A stunning 202 over 18 holes, with 11 scores in double digits, in a sport in which the lowest score is the most highly prized. A cut that was missed by a more than ample 124 shots. What on earth was going on in the U.S. Amateur qualifier Monday at Mayacoo Lakes Country Club in West Palm Beach, Fla.?
“I’ve never seen anything like it before,” Kristian Fortis said of watching his playing partner, Trey Bilardello, burn up the golf course and not in a good way (via the Golf Channel). “It was quite an experience.”
“Experience” is one word for a round that went drastically off course.
“He just started off like normal,” Fortis said of their start at the No. 10 tee. “He was actually not a bad golfer, and he hit some nice shots. He had two pars, and then it started to go a little downhill.”
Bilardello parred his first two holes, then scored a triple bogey at the par-4 12th, followed by a 10 on the par-5 13th. He had a 15 and a 11, respectively, on the 17th and 18th hole and from there you’d need a calculator to add up his score, which was originally reported at 194. On Tuesday, the Florida State Golf Association confirmed that there had been a scoring error and that, while Bilardello correctly carded a 131-over 202, the online system would not allow for scores of more than 19 to be entered. (He had a 25 and a 21 on two holes, adding eight strokes to the final score.)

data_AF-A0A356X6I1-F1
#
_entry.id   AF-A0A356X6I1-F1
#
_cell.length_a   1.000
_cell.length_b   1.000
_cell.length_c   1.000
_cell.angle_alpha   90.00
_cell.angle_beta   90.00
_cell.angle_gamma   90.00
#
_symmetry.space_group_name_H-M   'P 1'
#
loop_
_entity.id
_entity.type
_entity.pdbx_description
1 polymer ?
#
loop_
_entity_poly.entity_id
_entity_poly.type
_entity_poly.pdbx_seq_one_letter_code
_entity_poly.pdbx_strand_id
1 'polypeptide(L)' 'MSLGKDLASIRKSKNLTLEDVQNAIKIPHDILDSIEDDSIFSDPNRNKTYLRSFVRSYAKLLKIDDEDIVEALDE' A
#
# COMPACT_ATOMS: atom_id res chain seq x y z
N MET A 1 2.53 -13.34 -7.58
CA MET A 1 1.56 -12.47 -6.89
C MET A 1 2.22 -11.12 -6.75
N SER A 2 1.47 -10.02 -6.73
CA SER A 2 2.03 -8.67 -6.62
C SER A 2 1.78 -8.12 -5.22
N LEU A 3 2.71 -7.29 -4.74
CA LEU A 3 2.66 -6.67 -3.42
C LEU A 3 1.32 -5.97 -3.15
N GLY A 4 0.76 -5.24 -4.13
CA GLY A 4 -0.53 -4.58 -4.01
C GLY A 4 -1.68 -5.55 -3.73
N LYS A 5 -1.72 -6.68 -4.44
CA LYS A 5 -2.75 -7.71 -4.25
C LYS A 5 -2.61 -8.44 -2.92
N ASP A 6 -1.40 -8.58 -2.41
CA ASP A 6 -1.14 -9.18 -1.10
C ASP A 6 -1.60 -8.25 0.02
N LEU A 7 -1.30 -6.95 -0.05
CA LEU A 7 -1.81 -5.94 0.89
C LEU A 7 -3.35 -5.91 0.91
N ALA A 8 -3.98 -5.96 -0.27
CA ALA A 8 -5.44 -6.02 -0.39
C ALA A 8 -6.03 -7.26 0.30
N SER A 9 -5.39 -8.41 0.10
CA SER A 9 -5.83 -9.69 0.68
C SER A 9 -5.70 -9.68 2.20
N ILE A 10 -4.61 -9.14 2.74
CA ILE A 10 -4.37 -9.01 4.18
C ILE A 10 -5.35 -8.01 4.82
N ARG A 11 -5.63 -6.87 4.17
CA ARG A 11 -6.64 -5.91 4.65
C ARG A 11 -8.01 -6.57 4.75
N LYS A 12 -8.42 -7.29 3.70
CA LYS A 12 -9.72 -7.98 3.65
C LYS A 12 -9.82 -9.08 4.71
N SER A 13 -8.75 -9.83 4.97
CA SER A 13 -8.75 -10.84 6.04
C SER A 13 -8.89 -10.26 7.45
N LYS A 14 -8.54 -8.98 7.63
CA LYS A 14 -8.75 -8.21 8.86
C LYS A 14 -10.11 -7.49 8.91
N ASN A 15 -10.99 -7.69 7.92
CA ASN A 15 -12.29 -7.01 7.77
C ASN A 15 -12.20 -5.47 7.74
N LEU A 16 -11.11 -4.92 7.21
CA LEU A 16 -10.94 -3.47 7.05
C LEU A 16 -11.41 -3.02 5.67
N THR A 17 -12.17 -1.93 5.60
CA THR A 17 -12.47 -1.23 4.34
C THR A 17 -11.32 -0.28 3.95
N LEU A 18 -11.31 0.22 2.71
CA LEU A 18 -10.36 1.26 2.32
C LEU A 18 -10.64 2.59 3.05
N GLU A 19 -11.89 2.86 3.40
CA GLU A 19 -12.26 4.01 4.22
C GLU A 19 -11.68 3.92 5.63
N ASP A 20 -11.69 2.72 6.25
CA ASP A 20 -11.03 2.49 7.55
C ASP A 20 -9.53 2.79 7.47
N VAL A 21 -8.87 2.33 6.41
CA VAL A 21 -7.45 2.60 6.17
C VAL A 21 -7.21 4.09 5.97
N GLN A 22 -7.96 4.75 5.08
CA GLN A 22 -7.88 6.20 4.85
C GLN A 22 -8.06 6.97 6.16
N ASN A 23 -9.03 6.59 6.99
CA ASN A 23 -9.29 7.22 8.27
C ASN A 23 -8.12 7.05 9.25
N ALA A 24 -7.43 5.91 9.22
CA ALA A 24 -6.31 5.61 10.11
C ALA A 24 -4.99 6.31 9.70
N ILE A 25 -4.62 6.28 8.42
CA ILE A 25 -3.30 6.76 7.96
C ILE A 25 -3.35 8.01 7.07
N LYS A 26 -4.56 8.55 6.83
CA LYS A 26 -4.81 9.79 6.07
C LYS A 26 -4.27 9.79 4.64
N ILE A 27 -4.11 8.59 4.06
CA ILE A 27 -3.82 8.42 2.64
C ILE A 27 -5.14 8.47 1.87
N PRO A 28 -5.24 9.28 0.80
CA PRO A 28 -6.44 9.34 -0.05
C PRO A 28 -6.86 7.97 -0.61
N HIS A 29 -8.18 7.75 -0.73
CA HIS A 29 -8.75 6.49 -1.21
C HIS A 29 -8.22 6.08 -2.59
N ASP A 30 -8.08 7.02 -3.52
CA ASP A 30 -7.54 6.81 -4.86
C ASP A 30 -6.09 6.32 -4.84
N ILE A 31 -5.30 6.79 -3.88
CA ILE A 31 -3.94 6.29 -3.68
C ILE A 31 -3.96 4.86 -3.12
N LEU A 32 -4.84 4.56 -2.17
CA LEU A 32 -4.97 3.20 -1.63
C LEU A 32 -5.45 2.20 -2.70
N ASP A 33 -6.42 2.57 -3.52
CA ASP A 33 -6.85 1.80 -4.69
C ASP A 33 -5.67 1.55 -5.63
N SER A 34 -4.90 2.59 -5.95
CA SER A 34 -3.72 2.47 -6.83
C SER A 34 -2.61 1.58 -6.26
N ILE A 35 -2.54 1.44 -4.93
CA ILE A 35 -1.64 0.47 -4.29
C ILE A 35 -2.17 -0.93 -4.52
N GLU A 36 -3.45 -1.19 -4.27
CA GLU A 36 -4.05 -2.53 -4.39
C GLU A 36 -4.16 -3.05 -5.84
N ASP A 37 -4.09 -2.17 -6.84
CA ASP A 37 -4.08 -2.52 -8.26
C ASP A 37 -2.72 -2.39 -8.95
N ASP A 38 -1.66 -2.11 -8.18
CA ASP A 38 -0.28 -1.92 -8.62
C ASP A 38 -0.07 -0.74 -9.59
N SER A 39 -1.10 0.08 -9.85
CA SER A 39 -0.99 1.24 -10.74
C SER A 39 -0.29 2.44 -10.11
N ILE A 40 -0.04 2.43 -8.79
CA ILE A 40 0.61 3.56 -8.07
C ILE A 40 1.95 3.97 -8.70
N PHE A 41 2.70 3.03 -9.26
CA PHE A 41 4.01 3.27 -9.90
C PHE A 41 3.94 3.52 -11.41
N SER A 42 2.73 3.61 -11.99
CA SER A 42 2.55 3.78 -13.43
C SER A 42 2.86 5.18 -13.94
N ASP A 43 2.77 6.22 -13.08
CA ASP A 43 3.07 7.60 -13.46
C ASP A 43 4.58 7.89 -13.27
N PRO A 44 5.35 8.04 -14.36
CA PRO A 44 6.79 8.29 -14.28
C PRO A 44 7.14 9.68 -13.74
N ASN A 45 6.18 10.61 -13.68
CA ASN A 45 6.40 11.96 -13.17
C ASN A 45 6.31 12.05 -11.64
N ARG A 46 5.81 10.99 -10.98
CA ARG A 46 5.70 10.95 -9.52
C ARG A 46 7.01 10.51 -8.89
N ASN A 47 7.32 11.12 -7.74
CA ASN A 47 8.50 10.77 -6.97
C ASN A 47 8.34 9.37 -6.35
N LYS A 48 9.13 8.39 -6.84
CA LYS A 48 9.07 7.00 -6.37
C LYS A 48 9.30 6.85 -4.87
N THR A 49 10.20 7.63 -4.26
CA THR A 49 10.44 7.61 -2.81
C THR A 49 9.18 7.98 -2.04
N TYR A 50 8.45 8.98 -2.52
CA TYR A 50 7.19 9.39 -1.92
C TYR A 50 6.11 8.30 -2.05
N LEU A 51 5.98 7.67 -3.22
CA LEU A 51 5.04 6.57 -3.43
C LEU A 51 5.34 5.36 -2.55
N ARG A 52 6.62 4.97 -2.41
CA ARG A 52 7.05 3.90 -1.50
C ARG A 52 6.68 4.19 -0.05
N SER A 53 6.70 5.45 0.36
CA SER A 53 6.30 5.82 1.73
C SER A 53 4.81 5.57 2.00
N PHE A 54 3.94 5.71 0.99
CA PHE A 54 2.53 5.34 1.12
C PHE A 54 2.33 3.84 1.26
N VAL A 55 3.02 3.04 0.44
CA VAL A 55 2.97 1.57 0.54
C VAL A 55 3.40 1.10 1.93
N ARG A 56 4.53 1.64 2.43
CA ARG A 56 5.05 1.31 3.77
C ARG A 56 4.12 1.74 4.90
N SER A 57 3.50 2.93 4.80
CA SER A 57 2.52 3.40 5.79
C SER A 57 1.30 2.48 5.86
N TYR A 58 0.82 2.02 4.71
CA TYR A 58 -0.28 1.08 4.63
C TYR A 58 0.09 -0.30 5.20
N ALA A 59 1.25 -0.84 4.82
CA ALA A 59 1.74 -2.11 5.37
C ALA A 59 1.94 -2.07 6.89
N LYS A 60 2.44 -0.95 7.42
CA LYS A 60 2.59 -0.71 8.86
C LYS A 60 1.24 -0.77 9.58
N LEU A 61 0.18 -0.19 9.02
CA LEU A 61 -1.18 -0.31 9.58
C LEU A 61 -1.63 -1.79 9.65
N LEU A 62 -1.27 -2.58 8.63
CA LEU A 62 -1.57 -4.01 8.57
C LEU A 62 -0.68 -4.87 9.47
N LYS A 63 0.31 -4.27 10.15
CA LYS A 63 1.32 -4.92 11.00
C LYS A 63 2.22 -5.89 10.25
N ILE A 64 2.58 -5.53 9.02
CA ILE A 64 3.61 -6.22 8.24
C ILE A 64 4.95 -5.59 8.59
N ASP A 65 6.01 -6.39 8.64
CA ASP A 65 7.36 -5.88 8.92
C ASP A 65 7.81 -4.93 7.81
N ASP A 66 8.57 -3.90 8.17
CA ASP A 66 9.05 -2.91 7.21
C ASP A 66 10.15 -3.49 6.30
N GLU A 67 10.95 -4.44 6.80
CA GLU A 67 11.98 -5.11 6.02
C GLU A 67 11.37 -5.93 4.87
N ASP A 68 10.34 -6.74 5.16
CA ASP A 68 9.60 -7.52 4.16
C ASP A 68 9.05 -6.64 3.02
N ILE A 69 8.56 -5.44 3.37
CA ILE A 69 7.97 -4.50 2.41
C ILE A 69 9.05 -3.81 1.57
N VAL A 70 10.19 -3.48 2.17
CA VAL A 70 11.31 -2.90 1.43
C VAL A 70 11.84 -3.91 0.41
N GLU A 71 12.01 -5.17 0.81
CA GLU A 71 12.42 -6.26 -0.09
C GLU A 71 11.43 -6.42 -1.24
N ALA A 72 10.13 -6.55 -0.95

“After the first nine, he said that he wanted to shoot the highest recorded score in USGA history,” Fortis said. “He just did not care. He was really rude to a lot of the officials, too. Something was off.”
That included shots inexplicably not targeted at the hole. “He’d be right next to the hole and then I guess he’d think to himself that he didn’t have enough strokes and he’d hit his ball in the opposite direction of the hole,” Fortis said.
Bilardello hasn’t commented on what he was trying to accomplish. The son of former Major League Baseball player Dann Bilardello, he remains an amateur but has played in several qualifiers over the years and has a 2.2 handicap. He also is a pro caddie who has spent most of this year on the bag for Matt Every, whose representative had no comment for Golf Digest.
Bilardello earned a disqualification Tuesday for what Beth Major, the U.S. Golf Association’s senior director of championship communications, told Golf Digest was “serious misconduct and failing to play in the spirit of the game” under Rule 1.2. “His disqualification was deemed appropriate as a result of the individual’s failure to show consideration for other players — deliberately playing away from the hole to run up his score.”
Last month, he was suspended from the Minor League Golf Tour for detrimental conduct. Despite his distracting antics, his playing partner shot a 76 and made the cut, shooting a 77 and finishing 11 over for the two-day qualifier. Three golfers qualified for the U.S. Amateur, which begins Aug. 12.
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